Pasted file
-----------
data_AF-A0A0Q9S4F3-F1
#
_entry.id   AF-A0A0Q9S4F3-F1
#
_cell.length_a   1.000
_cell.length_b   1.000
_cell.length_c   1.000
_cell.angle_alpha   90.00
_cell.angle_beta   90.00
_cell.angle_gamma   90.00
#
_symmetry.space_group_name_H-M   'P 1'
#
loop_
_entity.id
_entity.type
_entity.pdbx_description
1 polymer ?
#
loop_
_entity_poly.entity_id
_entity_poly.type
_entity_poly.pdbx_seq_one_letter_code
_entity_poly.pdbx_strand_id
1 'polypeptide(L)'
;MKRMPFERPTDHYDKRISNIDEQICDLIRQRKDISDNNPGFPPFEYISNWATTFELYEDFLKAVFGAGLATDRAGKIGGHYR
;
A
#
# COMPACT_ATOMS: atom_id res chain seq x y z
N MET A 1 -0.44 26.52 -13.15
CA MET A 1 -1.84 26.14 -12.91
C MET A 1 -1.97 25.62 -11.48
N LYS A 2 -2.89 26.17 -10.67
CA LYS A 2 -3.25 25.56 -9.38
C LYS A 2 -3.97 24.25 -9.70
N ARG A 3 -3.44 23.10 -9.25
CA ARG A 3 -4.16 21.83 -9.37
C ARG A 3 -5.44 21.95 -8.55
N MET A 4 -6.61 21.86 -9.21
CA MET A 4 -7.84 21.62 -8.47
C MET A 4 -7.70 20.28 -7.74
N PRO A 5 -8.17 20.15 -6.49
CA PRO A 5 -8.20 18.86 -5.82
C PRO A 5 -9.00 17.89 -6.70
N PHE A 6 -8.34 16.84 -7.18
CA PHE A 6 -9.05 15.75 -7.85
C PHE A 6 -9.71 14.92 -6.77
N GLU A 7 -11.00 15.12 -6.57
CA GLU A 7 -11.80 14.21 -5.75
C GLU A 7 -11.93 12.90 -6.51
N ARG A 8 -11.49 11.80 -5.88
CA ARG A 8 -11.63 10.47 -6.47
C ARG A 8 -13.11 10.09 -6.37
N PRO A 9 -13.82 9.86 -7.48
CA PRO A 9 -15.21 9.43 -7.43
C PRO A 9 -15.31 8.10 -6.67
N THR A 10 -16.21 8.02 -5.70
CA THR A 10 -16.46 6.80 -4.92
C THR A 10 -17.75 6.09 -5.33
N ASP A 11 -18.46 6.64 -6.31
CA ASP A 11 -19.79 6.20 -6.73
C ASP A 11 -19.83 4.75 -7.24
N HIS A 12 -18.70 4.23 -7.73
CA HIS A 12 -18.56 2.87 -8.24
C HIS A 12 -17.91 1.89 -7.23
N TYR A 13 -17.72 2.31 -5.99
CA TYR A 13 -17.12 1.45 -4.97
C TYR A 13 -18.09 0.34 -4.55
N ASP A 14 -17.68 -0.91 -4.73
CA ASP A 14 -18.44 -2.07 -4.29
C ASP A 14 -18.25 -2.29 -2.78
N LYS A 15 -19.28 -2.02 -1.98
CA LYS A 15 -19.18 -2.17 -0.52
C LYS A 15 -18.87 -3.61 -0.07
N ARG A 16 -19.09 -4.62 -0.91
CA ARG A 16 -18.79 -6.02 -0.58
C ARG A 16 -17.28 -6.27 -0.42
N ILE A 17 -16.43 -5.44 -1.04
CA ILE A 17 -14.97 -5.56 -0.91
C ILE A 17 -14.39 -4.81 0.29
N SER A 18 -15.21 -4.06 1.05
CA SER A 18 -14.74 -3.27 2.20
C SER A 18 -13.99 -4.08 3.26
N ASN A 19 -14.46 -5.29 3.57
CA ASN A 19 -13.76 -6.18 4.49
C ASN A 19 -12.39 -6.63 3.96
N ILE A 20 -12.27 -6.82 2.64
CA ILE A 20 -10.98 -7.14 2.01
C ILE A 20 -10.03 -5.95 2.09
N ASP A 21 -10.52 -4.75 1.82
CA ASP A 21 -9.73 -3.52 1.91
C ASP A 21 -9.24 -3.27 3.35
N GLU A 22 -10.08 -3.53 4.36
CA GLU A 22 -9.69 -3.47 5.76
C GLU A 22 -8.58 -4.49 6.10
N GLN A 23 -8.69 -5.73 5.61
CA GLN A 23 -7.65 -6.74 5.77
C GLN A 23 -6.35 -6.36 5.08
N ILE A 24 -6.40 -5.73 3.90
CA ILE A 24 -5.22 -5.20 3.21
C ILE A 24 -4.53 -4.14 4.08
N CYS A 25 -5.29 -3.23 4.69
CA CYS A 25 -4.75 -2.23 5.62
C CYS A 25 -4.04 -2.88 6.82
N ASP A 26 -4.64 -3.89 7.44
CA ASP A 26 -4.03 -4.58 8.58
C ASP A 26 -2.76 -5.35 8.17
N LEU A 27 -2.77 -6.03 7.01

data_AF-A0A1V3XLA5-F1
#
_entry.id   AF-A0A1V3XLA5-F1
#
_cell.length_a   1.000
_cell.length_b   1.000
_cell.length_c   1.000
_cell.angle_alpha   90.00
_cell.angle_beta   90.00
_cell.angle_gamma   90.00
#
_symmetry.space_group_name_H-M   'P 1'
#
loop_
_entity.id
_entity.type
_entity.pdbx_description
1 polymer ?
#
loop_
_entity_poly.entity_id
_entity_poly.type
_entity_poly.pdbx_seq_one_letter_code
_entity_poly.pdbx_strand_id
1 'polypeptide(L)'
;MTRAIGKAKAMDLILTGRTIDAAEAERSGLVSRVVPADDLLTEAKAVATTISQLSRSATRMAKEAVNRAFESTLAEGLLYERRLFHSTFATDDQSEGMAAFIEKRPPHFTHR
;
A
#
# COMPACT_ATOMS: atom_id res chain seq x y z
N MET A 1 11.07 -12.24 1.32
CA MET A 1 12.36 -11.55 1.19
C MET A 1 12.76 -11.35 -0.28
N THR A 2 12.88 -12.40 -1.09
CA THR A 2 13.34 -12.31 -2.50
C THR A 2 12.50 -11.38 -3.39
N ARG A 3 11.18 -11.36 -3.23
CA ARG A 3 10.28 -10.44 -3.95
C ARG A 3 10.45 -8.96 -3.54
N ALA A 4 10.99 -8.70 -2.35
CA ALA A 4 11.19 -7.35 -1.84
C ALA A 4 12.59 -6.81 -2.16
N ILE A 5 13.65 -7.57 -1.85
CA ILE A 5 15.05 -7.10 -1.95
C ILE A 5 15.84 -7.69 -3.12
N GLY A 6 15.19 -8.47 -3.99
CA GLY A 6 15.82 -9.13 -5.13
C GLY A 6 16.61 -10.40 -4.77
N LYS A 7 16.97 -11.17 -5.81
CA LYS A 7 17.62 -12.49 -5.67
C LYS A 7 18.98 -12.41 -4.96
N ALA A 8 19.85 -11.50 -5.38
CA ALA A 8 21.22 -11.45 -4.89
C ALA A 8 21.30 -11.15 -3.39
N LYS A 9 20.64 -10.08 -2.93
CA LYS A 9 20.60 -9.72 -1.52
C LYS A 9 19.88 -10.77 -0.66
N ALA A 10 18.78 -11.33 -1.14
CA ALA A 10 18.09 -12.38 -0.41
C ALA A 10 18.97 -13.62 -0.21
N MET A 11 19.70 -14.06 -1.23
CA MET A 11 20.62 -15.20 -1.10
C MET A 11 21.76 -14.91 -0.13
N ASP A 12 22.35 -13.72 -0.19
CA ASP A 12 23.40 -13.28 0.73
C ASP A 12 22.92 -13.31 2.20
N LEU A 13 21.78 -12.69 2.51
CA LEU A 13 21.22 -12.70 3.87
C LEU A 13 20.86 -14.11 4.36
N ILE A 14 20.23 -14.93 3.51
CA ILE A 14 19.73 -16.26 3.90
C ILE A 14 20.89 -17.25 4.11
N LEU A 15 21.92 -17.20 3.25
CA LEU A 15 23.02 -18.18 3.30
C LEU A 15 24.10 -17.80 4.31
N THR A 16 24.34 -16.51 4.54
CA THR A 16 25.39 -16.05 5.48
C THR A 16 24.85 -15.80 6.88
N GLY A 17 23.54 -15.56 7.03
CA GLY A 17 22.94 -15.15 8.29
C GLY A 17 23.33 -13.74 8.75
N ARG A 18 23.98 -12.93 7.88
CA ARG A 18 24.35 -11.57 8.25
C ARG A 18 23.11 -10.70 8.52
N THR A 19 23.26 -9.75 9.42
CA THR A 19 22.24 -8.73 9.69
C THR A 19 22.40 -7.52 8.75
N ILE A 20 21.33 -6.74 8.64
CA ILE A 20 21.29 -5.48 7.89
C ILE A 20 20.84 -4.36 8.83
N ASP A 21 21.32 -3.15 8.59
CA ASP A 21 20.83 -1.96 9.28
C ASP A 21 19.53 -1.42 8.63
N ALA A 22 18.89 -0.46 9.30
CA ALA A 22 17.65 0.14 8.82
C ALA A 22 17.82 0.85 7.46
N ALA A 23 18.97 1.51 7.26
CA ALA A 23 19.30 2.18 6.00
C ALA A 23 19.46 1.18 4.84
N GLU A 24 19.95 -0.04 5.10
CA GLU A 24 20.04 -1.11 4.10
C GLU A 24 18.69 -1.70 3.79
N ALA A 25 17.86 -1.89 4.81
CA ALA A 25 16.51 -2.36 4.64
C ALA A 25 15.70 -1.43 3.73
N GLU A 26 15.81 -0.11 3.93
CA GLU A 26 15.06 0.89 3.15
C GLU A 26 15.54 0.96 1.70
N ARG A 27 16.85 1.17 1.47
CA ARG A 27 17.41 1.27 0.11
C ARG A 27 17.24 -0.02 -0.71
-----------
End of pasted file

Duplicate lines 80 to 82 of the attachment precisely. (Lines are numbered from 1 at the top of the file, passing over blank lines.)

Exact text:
CA ILE A 17 -14.97 -5.56 -0.91
C ILE A 17 -14.39 -4.81 0.29
N SER A 18 -15.21 -4.06 1.05